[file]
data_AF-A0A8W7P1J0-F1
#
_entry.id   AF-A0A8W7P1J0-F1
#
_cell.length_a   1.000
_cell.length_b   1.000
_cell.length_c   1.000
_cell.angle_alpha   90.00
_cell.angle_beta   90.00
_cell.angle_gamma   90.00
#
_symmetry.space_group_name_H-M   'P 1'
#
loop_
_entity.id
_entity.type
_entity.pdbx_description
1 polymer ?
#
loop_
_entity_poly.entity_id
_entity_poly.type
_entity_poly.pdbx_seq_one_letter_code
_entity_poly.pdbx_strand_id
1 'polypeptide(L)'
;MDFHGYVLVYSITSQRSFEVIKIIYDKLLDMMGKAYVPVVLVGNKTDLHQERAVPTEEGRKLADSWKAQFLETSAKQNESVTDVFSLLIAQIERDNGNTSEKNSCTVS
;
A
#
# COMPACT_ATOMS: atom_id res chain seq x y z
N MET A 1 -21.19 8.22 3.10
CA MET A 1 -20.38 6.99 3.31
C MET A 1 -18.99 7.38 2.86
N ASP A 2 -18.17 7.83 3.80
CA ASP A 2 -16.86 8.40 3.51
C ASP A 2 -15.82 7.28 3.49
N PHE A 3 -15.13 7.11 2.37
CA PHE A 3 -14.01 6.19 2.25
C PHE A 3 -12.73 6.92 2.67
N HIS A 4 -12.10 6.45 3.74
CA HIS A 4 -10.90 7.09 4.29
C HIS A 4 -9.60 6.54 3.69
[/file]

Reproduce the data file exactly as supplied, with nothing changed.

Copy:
data_AF-A0A8W7P1J0-F1
#
_entry.id   AF-A0A8W7P1J0-F1
#
_cell.length_a   1.000
_cell.length_b   1.000
_cell.length_c   1.000
_cell.angle_alpha   90.00
_cell.angle_beta   90.00
_cell.angle_gamma   90.00
#
_symmetry.space_group_name_H-M   'P 1'
#
loop_
_entity.id
_entity.type
_entity.pdbx_description
1 polymer ?
#
loop_
_entity_poly.entity_id
_entity_poly.type
_entity_poly.pdbx_seq_one_letter_code
_entity_poly.pdbx_strand_id
1 'polypeptide(L)'
;MDFHGYVLVYSITSQRSFEVIKIIYDKLLDMMGKAYVPVVLVGNKTDLHQERAVPTEEGRKLADSWKAQFLETSAKQNESVTDVFSLLIAQIERDNGNTSEKNSCTVS
;
A
#
# COMPACT_ATOMS: atom_id res chain seq x y z
N MET A 1 -21.19 8.22 3.10
CA MET A 1 -20.38 6.99 3.31
C MET A 1 -18.99 7.38 2.86
N ASP A 2 -18.17 7.83 3.80
CA ASP A 2 -16.86 8.40 3.51
C ASP A 2 -15.82 7.28 3.49
N PHE A 3 -15.13 7.11 2.37
CA PHE A 3 -14.01 6.19 2.25
C PHE A 3 -12.73 6.92 2.67
N HIS A 4 -12.10 6.45 3.74
CA HIS A 4 -10.90 7.09 4.29
C HIS A 4 -9.60 6.54 3.69